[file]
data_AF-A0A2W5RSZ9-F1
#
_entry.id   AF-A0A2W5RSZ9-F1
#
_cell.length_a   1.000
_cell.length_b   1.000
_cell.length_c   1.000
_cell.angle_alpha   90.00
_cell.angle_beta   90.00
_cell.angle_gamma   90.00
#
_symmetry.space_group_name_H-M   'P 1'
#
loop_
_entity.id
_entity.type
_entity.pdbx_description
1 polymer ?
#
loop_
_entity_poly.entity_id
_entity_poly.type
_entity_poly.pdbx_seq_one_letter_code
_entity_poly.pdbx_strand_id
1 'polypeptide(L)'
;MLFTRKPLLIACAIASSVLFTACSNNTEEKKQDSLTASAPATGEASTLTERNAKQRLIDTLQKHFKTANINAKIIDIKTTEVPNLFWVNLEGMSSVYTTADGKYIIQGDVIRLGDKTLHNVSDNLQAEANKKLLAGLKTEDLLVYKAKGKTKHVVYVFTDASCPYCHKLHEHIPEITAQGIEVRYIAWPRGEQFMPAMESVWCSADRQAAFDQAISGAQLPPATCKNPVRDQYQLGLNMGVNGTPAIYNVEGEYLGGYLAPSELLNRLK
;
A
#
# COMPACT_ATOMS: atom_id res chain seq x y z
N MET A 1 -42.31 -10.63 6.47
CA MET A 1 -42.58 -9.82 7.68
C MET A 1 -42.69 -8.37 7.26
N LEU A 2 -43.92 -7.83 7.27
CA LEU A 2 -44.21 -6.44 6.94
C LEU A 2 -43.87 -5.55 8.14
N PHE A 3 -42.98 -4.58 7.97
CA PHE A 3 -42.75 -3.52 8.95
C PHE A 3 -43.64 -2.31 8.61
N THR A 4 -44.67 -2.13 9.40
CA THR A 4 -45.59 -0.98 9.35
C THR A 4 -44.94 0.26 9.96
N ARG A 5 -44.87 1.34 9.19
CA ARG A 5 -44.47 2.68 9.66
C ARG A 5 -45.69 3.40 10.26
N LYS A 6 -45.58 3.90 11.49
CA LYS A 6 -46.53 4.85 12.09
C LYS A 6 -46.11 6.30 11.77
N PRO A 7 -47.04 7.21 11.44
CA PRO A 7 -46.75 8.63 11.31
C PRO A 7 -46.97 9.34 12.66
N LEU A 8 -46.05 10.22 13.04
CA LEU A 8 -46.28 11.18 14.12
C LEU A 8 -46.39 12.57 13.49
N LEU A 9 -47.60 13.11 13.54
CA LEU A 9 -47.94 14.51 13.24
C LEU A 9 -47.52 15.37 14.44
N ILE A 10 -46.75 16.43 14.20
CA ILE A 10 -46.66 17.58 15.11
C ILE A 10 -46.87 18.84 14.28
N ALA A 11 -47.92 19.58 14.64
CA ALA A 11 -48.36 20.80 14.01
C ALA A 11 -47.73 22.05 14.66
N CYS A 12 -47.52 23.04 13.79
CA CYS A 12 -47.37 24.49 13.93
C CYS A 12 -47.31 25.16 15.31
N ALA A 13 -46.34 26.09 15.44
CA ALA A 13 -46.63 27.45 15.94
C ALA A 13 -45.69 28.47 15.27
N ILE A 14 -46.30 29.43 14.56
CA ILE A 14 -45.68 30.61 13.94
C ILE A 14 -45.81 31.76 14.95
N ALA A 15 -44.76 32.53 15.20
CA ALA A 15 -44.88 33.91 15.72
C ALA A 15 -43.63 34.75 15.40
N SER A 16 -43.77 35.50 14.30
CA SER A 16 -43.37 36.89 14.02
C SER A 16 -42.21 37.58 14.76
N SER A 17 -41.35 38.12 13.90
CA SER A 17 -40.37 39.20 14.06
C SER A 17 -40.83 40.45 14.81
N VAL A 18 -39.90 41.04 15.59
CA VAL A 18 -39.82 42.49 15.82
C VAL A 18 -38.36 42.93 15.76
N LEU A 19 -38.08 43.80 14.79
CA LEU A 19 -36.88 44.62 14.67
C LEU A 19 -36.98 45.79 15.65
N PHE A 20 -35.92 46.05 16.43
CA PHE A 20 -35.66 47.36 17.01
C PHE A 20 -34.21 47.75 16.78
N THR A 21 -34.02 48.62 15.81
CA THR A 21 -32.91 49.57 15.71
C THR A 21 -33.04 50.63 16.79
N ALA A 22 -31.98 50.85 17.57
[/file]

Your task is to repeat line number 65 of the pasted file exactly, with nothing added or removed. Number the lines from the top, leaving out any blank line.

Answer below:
CA CYS A 12 -47.37 24.49 13.93